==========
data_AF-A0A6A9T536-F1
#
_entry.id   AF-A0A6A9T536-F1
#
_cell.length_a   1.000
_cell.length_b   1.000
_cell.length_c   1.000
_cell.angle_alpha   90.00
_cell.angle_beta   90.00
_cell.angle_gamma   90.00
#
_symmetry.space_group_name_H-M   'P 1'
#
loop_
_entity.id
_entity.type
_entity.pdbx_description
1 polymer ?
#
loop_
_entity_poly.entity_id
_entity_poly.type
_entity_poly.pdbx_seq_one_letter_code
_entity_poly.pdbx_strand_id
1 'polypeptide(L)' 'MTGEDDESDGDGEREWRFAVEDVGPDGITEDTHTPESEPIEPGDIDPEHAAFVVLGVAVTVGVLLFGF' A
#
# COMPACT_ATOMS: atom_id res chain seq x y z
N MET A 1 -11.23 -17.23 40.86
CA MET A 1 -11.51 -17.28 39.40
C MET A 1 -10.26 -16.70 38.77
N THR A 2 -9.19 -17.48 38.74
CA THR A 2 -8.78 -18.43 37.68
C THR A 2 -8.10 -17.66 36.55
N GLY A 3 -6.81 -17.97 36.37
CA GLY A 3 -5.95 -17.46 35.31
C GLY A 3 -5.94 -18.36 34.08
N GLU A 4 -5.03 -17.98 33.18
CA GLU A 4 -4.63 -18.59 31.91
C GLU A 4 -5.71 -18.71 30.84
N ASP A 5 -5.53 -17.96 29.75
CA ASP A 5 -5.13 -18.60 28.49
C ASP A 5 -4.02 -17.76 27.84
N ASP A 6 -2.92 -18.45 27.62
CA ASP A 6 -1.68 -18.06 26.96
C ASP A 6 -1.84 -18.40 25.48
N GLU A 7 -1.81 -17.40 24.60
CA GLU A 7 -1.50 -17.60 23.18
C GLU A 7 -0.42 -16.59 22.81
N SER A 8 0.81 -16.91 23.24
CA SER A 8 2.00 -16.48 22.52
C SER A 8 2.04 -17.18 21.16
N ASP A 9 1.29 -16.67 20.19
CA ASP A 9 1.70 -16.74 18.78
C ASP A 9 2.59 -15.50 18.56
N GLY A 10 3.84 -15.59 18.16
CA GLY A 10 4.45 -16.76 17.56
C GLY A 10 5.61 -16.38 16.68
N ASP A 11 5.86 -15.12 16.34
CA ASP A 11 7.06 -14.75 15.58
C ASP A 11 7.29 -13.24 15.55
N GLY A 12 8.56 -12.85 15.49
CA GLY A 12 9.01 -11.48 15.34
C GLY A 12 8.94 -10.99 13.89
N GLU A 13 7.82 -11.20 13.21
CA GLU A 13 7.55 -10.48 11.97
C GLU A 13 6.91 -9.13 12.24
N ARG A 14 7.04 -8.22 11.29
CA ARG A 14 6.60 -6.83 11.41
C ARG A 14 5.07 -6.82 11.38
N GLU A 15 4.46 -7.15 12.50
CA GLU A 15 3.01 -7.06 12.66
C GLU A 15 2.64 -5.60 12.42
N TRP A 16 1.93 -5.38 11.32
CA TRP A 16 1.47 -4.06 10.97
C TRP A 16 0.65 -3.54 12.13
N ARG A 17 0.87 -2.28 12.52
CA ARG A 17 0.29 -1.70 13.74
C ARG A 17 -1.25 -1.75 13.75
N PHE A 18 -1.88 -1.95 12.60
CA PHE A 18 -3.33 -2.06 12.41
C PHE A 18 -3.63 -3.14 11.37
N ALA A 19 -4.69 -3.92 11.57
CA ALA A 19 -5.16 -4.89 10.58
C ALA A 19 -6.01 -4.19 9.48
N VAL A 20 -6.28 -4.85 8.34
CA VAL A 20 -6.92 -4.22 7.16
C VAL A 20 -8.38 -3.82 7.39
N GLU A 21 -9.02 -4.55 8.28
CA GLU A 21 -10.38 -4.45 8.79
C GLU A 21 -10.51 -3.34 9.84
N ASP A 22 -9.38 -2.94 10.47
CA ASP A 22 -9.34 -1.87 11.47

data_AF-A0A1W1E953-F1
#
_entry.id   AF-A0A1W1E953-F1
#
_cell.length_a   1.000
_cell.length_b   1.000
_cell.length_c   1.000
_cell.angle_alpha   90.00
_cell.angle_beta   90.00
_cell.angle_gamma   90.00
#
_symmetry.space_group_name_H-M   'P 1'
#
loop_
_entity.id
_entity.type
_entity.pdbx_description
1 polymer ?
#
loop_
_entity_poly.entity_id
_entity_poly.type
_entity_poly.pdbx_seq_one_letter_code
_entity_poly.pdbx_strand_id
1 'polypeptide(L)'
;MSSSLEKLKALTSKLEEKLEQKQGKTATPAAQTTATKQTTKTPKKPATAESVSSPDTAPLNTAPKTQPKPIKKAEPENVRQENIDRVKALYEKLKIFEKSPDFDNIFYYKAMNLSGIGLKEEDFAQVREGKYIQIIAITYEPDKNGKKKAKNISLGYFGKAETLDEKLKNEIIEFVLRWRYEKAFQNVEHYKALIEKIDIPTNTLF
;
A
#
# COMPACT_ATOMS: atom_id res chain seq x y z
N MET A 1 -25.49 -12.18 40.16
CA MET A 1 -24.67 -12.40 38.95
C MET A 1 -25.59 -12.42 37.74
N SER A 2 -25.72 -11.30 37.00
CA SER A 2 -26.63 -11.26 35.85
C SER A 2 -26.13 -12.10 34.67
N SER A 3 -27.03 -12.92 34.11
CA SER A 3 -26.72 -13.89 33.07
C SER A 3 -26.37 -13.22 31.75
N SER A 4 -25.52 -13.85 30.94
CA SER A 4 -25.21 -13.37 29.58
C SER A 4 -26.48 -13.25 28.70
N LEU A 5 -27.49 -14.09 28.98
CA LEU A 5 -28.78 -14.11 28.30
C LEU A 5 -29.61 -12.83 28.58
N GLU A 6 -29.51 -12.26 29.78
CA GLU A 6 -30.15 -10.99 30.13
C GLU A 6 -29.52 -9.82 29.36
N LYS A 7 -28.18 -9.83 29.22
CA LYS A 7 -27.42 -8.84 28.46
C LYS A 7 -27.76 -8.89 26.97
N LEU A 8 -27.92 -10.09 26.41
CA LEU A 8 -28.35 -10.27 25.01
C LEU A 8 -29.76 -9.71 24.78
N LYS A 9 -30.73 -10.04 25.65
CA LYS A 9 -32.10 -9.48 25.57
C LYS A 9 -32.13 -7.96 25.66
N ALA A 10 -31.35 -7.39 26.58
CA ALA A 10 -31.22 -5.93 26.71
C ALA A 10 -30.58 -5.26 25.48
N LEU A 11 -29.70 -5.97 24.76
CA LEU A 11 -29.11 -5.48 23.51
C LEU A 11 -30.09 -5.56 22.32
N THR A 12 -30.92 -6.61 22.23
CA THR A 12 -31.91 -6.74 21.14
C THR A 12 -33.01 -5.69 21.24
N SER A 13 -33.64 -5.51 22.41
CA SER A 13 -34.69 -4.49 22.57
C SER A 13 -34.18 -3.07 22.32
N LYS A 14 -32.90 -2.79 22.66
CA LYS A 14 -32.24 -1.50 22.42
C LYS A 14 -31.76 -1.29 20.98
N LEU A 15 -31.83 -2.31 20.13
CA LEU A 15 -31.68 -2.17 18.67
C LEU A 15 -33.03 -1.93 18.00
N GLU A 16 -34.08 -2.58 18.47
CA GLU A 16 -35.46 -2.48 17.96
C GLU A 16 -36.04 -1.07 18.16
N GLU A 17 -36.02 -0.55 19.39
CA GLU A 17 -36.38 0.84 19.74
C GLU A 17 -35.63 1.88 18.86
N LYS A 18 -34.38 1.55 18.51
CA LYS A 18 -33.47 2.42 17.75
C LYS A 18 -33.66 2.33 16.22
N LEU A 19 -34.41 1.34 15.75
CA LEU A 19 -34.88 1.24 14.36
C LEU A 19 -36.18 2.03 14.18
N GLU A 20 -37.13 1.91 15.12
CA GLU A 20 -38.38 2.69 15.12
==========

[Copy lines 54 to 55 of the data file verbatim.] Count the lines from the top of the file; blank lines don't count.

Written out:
C ASP A 9 2.59 -15.50 18.56
N GLY A 10 3.84 -15.59 18.16